Thanks to generous donations and supporters spreading the word, we raised £1,835 under the Aviva Community Fund crowdfunding appeal. We've now got lots of devices ready to send, completely free, to care home residents across the country to help them stay connected with their loved ones, without needing care home staff to help set up or supervise calls, combatting issues found with other forms of communication.
We've also published all the resources to get started, including "How To" guides for relatives and care homes.
If you know anyone with a loved one in a care home that could benefit from a free device or our resources, please do share this link and ask them to contact us.
HUGE thanks to Aviva, Crowdfunder, and everyone who supported us through donations and spreading the word, for helping make this idea a reality.
Our #CareHomeConnections Crowdfunder is LIVE! Please help us bring vital treasured connections between care home residents and their loved ones at this distressing time of separation.
Watch the video above to hear Ian explain the difference that voice assistive technology is making to his 91 year old mother and their family. We want to enable more residents and their loved ones to have access to this technology so that they can keep in touch with each other whenever they want to.
We know that no technology can replace the experience of face-to-face visits. However, we have seen that this voice assistive technology can work “incredibly well” as a way to communicate and connect with care home residents until family and friends are able to visit them in person.
Find out more on our project page here.
How can you help?
We can't bring an end to this pandemic but, with your help to drum up support, we can make it more bearable for some of the oldest and frailest people in our communities.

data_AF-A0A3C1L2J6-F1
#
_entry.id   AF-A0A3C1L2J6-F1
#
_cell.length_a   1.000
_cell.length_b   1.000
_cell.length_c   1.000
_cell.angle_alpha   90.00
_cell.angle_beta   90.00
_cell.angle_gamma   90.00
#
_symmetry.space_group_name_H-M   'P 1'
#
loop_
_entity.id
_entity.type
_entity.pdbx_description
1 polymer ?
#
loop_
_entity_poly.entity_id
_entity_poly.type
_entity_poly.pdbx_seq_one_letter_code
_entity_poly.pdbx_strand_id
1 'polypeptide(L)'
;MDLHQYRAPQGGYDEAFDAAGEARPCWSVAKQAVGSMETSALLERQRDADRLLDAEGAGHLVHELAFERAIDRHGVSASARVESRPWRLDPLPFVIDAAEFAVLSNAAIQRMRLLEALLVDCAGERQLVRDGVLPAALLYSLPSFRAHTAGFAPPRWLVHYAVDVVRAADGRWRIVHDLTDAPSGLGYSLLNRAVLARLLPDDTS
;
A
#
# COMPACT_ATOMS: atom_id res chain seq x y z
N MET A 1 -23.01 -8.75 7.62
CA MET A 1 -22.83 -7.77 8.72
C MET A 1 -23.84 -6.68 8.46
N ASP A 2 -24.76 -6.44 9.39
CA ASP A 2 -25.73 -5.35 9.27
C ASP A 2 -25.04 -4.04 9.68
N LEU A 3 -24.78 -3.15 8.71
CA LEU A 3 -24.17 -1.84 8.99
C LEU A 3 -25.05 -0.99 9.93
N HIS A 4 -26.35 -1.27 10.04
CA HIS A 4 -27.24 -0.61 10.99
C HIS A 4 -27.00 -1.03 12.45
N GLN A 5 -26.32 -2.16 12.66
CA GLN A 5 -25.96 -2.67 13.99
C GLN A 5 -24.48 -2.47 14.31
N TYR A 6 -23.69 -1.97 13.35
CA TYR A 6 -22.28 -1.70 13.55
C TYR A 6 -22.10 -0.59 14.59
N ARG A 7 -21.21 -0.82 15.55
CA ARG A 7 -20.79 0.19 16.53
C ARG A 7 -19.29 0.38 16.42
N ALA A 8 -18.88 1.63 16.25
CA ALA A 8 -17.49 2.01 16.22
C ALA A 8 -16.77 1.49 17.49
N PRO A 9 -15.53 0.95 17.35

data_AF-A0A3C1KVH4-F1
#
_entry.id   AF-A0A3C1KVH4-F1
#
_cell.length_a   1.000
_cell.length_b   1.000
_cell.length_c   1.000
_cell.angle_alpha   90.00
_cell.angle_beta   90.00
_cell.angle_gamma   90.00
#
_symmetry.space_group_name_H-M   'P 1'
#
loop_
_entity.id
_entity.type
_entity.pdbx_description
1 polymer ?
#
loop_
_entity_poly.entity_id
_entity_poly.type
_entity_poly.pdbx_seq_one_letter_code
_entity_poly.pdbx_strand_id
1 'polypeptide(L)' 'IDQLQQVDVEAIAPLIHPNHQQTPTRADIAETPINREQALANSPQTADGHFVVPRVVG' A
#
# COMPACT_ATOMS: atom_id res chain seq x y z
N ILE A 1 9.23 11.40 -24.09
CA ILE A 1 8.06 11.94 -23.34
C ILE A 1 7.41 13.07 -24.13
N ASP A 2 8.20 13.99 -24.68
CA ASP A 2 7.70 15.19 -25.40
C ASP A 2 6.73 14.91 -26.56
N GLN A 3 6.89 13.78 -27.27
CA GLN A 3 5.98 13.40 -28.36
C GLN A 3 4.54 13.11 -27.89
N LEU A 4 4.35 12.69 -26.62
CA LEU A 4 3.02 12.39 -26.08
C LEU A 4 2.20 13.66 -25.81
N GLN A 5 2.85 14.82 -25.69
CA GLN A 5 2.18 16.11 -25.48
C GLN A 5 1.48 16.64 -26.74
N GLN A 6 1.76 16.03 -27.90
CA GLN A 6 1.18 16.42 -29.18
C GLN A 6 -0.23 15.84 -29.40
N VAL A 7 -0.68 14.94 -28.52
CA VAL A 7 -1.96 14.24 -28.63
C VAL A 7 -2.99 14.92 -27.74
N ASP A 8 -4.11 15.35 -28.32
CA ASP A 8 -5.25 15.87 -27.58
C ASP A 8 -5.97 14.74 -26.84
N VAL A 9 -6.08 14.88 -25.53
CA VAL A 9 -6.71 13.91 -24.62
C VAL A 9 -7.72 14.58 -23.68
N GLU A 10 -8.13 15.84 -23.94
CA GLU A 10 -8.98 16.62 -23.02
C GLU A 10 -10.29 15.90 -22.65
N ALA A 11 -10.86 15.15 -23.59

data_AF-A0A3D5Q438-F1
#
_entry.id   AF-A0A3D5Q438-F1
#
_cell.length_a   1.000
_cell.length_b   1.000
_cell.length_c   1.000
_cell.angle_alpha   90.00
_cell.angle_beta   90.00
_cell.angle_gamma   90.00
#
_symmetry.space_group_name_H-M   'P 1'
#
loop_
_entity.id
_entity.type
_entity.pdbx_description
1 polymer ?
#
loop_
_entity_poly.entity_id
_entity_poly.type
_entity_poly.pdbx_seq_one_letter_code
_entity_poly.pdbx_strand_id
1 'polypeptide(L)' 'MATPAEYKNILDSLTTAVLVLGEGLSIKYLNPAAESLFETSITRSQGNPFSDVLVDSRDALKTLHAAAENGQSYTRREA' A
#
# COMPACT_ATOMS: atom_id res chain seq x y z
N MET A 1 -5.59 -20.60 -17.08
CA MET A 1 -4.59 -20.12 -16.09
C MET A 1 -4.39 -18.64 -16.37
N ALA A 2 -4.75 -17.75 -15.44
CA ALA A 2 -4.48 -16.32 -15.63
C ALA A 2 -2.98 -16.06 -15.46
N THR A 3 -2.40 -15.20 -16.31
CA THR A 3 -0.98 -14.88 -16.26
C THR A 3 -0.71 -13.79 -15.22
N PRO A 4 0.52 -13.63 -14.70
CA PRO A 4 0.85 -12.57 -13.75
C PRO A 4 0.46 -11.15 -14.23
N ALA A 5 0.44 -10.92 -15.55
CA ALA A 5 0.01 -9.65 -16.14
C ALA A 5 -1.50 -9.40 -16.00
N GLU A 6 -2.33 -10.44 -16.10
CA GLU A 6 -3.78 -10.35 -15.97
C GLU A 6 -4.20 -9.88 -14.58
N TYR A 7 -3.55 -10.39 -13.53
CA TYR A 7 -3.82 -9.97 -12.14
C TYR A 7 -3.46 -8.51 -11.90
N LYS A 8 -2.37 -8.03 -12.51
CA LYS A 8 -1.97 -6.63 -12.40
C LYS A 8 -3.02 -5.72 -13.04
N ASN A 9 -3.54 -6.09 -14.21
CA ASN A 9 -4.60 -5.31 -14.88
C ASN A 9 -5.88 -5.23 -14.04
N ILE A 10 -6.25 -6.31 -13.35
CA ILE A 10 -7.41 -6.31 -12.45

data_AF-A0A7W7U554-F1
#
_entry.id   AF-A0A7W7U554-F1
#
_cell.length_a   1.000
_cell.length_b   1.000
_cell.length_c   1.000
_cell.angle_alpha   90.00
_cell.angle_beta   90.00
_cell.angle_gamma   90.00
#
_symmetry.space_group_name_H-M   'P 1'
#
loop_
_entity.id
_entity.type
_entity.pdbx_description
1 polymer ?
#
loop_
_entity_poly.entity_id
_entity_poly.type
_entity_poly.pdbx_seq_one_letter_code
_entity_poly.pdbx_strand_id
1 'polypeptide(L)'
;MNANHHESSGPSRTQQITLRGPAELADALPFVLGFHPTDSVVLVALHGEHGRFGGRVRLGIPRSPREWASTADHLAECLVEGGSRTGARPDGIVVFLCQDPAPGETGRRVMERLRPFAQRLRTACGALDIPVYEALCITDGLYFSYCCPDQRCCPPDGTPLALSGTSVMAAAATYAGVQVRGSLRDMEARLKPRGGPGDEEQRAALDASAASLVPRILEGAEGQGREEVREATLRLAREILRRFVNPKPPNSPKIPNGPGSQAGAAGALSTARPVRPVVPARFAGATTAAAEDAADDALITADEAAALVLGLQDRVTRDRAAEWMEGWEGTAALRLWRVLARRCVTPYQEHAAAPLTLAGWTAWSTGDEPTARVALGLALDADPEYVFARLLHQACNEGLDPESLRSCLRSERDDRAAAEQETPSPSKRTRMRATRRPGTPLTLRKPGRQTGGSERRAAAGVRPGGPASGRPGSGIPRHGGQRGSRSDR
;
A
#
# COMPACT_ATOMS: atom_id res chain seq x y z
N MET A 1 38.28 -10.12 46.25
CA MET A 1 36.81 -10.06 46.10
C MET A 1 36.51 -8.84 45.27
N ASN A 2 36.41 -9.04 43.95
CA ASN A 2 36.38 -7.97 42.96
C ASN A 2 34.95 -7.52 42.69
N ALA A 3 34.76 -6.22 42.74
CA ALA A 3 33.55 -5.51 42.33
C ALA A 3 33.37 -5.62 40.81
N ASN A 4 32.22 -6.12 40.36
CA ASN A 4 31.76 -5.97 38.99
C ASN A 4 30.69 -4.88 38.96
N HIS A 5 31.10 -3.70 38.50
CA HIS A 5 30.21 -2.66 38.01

We are thrilled to be taking part in CRE's first ever Christian Resources Exhibition At Home. Below you can watch Tina's seminar on "A Great Place to Grow Old" as she discusses how your church can respond positively to the challenges of an ageing congregation.
CRE have pulled together a virtual exhibition of church resources, for you to enjoy at home - you can view their handbook of ideas and products, and watch seminars, interviews and daily worship here: creonline.co.uk/creathome/.
We are excited to launch our first virtual challenge event and we would love to see people of all ages and abilities get involved.
This year marks Embracing Age's (the charity behind Care Home Friends) 5th birthday and the event is all about celebrating what everyone, especially our volunteers, has achieved and doing something fun using everyone's individual talents to raise funds for the journey ahead.
As it's a virtual challenge, you can take part in your own time, wherever you're based, either as an individual or part of a team. Simply choose any challenge whether sporting, creative or anything else you fancy and link it to the number 5 whether by distance, time or quantity.
Click below to find out more and get involved.
Tina recently appeared on the panel for a webinar for the Cinnamon Network, talking about what churches can do to reach, bless and support the staff and residents of their local care homes during the extended lockdown caused by COVID-19. Click here to access a recording (video or audio only) and to download the notes.
A guest blog from John Noble, whose wife Christine is living in a care home with dementia.
Suddenly, amidst all the news and confusion about the Corona virus and the fear and suffering which some people are experiencing, the situation becomes very personal.
As my daughter, Sharon, and I were giving Christine her supper one evening around three weeks ago, one of the nurses sat down with us and gave us the news - no more visits until further notice! We were shocked! There was no prior warning, no time to take it in, just the stark reality that we would not see our darling until further notice!
I could see the wheels in Sharon's brain turning as I struggled to take it in. She immediately went to the office to see if she could negotiate but how could they give us special dispensation when some others also visit their loved ones every day as we do? I had just missed one day due to traffic in in 3 and a half years.